Before we get into what makes a system effective, we must understand the difference between Emergency Notification and Emergency Communication Systems.  An Emergency Notification System (ENS) delivers critical information in one direction while Emergency Communication Systems (ECS) are capable of initiating and receiving information (two-way) between both individuals and groups of individuals. [1]  Why do we emphasize the difference? Because the difference results in how many lives are saved.

Clear communication is important for emergency managers and involved parties, to fully prepare and respond in a timely manner. It is the key to effective mitigation, preparedness, response and recovery.[2]   Two-way communication during an emergency situation is commonly designed to convey information over multiple types of devices, from signal lights to text messaging, to live streaming video, forming a unified interaction system intended to optimize communications during emergencies.  IN FORCE911 is both a notification and communication platform in the form of a mobile panic button designed to save lives.

There were 67 incidents of gun fire on school grounds in 2020 [3], while most of the country experienced a lockdown and were learning remotely.  Just imagine what might happen when everyone is back in school? It is so unfortunate that we recognize names as Sandy Hook, Columbine and Parkland for the unfortunate reason, that they were all mass shootings and innocent lives were taken.

Take a step back and think if you were a teacher in the building at Sandy Hook and never received any notification of an armed intruder entering your building.  A gunman walked through the front window after shooting through the glass and the person near the front hid under the desk and couldn’t communicate with others in the building.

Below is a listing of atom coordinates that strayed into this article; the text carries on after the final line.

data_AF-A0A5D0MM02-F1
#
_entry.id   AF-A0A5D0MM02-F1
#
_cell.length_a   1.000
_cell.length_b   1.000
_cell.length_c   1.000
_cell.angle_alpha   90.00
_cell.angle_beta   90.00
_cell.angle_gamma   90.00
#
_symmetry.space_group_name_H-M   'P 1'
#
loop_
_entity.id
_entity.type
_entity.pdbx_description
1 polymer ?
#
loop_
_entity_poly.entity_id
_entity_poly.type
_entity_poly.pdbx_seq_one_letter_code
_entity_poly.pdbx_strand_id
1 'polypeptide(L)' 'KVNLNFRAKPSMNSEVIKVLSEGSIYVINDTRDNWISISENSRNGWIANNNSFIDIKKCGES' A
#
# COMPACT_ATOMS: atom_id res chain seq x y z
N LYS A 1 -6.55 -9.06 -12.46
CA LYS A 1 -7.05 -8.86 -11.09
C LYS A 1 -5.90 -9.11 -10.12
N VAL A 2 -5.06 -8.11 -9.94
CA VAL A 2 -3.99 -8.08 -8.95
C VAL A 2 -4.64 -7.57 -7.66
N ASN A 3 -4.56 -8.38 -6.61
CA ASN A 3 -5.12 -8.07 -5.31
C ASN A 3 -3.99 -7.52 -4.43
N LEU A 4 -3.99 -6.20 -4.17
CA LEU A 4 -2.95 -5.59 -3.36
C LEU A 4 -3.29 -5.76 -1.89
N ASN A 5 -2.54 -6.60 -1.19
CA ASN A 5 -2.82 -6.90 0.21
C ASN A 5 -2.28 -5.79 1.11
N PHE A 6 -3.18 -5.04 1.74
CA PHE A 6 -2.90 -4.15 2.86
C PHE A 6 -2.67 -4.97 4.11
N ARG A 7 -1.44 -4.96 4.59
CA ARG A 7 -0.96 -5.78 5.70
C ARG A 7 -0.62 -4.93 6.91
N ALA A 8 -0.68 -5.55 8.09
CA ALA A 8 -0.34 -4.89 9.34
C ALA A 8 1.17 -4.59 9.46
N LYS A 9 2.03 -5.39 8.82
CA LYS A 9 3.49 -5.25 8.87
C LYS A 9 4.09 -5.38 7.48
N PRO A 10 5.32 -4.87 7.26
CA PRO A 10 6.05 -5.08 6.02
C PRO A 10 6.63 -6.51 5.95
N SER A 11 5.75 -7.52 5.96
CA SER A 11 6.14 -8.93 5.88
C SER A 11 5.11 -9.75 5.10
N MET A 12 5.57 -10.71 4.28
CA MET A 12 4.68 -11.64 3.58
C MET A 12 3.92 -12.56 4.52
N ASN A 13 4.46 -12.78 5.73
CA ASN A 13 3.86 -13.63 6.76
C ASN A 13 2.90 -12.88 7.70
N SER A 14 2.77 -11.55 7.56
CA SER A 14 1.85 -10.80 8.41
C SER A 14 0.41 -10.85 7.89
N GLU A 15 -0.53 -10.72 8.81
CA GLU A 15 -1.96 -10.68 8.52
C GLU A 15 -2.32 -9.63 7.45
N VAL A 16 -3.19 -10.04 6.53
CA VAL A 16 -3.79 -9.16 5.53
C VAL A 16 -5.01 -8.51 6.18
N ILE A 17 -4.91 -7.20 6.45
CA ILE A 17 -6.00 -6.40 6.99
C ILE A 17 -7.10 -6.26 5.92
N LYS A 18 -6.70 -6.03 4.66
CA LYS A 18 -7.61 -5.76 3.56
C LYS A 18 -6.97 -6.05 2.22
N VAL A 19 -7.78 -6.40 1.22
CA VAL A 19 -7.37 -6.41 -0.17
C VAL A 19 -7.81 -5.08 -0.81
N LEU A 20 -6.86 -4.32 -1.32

At Columbine, a teacher had no way of knowing that while the killer was in the auditorium, that they could have safely run out of the other side of the building taken their class with them.  Officers and SWAT teams remained outside throughout the entire shooting and until after the gunmen had killed themselves, before finally entering the building.  They had no communication from inside the school as to where the shooter was, who it was, how many there were, what they were wearing, what the weapons were, and could not communicate with the teachers and staff inside the building.  In this case, if IN FORCE911 was in place, a notification could have come from a staff member to others and to law enforcement simultaneously in the form of an SMS text or app notification.  Without having a two-way communication stream, no one else could share what they saw, what they heard or what to do.  Two- way communication, would have given law enforcement the critical details about the shooters and the event as it unfolded.  Once the threat had ended, it would have enabled communication from responders with others in the building to triage medial need, start evacuations and begin reunifying students with their family members. The quicker responders can engage with an active threat, the greater chance for survivability.  The Department of Justice found that during incidents like these, law enforcement intervention is the primary mitigating factor to ending active shooting incidents.  Notifying first responders of a crisis is the first step in reducing response time to that threat.  Communicating details of who, what, and where the threat is, is next, so once they arrive at the building, they know what to look for and how best to prepare to save lives.  IN FORCE911 provides the ability for staff, faculty and law enforcement to notify and communicate in real-time effectively during an active threat situation.

[1] Wikipedia: